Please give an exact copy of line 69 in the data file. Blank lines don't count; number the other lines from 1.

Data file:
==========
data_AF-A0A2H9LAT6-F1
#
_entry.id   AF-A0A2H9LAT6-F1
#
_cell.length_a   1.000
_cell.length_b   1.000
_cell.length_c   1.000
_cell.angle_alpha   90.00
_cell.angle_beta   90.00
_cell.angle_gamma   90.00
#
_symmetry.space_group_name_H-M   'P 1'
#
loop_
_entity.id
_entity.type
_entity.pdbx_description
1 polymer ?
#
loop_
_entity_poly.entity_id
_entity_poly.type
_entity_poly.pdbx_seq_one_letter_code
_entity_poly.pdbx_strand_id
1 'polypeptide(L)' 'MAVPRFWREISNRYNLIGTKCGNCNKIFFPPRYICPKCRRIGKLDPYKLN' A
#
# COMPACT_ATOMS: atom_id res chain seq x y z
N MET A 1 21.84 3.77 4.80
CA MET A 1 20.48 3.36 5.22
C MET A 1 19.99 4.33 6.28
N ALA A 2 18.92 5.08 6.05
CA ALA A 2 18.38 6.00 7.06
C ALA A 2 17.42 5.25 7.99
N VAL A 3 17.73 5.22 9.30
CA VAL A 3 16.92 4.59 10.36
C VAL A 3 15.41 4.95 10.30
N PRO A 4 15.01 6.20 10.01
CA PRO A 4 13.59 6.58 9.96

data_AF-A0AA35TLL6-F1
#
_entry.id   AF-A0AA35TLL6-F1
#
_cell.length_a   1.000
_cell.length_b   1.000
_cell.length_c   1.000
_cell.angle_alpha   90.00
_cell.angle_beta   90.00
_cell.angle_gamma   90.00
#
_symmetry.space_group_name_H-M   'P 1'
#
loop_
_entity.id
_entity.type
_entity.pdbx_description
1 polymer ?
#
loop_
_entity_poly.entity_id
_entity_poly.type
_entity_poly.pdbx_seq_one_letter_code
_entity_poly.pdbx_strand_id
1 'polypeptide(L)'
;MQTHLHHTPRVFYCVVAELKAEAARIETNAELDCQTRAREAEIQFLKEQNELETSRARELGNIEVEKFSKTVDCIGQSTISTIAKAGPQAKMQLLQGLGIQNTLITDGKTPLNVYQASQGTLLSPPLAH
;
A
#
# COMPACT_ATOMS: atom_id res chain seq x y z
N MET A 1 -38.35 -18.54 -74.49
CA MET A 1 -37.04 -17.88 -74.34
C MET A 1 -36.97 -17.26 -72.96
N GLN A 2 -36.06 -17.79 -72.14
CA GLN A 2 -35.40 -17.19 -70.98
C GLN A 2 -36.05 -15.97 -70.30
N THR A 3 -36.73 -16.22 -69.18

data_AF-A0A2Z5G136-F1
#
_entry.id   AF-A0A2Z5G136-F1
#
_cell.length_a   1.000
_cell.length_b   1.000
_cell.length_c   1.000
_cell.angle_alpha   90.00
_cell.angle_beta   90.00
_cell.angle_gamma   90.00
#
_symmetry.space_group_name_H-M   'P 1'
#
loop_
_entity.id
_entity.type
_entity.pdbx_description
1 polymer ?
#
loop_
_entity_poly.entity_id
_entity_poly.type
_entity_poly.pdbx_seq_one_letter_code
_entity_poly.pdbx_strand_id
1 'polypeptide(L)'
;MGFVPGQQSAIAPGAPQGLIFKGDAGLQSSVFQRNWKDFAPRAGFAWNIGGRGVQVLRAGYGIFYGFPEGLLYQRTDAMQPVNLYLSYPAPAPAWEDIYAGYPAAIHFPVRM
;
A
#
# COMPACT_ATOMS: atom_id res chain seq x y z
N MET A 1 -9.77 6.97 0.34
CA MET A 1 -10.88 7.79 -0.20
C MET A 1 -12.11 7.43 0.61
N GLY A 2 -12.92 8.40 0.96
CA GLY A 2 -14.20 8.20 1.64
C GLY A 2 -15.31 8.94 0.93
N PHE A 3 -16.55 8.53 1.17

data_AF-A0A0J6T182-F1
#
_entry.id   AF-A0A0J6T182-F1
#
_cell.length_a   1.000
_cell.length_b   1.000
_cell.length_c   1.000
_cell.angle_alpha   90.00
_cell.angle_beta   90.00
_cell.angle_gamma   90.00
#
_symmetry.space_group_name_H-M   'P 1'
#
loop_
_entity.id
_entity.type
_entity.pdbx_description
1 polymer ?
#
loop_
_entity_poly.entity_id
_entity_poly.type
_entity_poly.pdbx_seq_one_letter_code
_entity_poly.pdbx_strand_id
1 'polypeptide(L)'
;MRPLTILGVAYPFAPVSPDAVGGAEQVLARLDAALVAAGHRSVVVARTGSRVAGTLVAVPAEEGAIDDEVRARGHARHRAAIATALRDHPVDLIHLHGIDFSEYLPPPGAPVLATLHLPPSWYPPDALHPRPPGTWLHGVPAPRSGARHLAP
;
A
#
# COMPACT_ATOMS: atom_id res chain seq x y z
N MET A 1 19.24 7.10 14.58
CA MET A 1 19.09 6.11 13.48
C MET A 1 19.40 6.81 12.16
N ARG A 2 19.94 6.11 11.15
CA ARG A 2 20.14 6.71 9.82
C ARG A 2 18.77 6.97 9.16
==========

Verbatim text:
N MET A 1 -38.35 -18.54 -74.49